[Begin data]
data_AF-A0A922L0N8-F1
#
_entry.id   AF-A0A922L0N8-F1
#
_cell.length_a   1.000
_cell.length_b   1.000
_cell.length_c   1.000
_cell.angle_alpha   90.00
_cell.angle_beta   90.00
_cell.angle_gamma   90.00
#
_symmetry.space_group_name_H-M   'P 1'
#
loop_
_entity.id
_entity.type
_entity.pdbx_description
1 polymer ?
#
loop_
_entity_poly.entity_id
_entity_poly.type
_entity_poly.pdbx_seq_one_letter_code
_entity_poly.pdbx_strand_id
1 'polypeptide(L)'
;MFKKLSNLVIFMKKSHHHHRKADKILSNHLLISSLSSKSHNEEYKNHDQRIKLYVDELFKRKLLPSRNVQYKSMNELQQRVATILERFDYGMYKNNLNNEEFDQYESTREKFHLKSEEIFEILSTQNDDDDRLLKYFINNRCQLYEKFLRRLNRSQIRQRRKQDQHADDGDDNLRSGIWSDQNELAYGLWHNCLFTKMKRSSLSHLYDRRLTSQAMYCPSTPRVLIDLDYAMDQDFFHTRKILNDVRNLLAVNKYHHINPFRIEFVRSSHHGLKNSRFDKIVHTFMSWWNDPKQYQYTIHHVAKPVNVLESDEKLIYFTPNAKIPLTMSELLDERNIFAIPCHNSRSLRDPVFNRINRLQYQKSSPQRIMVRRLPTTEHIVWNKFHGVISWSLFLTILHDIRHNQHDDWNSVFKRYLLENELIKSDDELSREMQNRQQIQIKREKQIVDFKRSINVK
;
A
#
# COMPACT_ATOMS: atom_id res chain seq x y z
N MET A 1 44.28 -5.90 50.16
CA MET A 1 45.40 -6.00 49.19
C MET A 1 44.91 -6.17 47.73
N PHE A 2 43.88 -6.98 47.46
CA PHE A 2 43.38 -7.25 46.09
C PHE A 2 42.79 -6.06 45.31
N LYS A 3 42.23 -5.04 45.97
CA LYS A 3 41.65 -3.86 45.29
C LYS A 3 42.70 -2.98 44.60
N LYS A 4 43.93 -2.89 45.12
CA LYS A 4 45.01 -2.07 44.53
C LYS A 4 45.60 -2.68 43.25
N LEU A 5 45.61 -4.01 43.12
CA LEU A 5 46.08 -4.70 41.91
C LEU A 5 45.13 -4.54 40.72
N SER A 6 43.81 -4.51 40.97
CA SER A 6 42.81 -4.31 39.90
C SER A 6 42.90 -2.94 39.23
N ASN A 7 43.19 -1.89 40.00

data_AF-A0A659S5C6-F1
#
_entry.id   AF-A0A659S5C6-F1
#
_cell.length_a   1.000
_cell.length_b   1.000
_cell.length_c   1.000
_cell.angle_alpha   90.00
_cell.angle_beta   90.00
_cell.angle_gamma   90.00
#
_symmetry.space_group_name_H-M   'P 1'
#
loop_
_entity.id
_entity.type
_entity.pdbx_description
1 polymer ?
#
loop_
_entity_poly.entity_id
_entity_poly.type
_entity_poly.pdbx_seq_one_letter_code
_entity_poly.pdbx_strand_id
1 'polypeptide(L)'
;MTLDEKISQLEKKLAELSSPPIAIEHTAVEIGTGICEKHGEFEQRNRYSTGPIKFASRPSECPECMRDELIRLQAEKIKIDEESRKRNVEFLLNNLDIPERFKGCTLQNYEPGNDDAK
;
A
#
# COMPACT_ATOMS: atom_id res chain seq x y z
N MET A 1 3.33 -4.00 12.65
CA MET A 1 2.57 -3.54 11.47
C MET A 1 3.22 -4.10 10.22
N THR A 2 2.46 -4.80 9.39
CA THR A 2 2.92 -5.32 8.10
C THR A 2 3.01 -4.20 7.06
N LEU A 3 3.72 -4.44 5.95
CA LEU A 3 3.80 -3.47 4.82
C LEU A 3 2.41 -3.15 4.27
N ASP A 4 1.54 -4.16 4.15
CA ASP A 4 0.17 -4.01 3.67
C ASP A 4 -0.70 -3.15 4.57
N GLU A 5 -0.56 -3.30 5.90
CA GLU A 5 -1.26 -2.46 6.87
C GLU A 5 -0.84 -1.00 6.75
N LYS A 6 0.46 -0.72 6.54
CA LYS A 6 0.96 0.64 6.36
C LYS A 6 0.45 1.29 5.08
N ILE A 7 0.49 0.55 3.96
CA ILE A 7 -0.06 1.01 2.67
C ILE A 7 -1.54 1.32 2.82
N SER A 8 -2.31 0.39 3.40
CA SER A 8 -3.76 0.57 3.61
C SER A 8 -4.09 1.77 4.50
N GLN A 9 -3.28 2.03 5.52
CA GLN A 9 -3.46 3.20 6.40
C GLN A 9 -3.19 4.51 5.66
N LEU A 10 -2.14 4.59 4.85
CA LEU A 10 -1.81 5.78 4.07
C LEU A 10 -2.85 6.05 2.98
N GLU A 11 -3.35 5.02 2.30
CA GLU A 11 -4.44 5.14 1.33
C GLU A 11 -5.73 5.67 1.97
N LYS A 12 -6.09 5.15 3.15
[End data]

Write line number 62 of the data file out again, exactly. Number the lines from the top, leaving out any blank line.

#